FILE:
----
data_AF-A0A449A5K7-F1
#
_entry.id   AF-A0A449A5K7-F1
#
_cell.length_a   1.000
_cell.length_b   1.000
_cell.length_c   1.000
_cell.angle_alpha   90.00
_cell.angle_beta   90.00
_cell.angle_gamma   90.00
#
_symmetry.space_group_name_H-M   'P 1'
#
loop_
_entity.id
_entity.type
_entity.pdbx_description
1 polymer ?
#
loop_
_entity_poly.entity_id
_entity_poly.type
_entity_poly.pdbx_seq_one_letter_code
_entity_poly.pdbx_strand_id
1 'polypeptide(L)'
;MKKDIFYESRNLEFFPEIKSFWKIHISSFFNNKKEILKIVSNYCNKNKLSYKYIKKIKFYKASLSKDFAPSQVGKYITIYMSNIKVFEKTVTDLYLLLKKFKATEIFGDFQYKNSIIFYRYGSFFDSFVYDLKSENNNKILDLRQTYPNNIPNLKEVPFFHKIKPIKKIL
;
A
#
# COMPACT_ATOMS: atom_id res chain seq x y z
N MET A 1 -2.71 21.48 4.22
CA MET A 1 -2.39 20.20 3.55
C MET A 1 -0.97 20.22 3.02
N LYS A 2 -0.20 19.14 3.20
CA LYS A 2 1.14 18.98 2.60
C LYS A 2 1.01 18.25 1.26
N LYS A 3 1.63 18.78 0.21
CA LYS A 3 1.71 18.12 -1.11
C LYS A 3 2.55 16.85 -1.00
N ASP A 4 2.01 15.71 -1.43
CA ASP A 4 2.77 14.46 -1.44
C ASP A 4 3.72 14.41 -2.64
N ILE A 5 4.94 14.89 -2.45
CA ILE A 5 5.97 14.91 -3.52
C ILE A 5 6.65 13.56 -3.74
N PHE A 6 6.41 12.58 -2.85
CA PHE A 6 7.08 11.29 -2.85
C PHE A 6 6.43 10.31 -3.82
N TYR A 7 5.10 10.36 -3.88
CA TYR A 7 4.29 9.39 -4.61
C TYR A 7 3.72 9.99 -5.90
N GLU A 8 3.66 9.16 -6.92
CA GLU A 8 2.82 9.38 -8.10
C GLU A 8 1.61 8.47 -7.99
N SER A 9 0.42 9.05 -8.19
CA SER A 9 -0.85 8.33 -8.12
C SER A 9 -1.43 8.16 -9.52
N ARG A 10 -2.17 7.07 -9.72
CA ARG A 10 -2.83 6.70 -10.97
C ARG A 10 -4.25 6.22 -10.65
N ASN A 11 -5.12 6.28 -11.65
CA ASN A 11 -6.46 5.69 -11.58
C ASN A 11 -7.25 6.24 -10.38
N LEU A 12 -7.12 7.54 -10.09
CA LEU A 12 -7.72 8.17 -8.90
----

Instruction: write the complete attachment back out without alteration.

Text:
data_AF-A0A449A5K7-F1
#
_entry.id   AF-A0A449A5K7-F1
#
_cell.length_a   1.000
_cell.length_b   1.000
_cell.length_c   1.000
_cell.angle_alpha   90.00
_cell.angle_beta   90.00
_cell.angle_gamma   90.00
#
_symmetry.space_group_name_H-M   'P 1'
#
loop_
_entity.id
_entity.type
_entity.pdbx_description
1 polymer ?
#
loop_
_entity_poly.entity_id
_entity_poly.type
_entity_poly.pdbx_seq_one_letter_code
_entity_poly.pdbx_strand_id
1 'polypeptide(L)'
;MKKDIFYESRNLEFFPEIKSFWKIHISSFFNNKKEILKIVSNYCNKNKLSYKYIKKIKFYKASLSKDFAPSQVGKYITIYMSNIKVFEKTVTDLYLLLKKFKATEIFGDFQYKNSIIFYRYGSFFDSFVYDLKSENNNKILDLRQTYPNNIPNLKEVPFFHKIKPIKKIL
;
A
#
# COMPACT_ATOMS: atom_id res chain seq x y z
N MET A 1 -2.71 21.48 4.22
CA MET A 1 -2.39 20.20 3.55
C MET A 1 -0.97 20.22 3.02
N LYS A 2 -0.20 19.14 3.20
CA LYS A 2 1.14 18.98 2.60
C LYS A 2 1.01 18.25 1.26
N LYS A 3 1.63 18.78 0.21
CA LYS A 3 1.71 18.12 -1.11
C LYS A 3 2.55 16.85 -1.00
N ASP A 4 2.01 15.71 -1.43
CA ASP A 4 2.77 14.46 -1.44
C ASP A 4 3.72 14.41 -2.64
N ILE A 5 4.94 14.89 -2.45
CA ILE A 5 5.97 14.91 -3.52
C ILE A 5 6.65 13.56 -3.74
N PHE A 6 6.41 12.58 -2.85
CA PHE A 6 7.08 11.29 -2.85
C PHE A 6 6.43 10.31 -3.82
N TYR A 7 5.10 10.36 -3.88
CA TYR A 7 4.29 9.39 -4.61
C TYR A 7 3.72 9.99 -5.90
N GLU A 8 3.66 9.16 -6.92
CA GLU A 8 2.82 9.38 -8.10
C GLU A 8 1.61 8.47 -7.99
N SER A 9 0.42 9.05 -8.19
CA SER A 9 -0.85 8.33 -8.12
C SER A 9 -1.43 8.16 -9.52
N ARG A 10 -2.17 7.07 -9.72
CA ARG A 10 -2.83 6.70 -10.97
C ARG A 10 -4.25 6.22 -10.65
N ASN A 11 -5.12 6.28 -11.65
CA ASN A 11 -6.46 5.69 -11.58
C ASN A 11 -7.25 6.24 -10.38
N LEU A 12 -7.12 7.54 -10.09
CA LEU A 12 -7.72 8.17 -8.90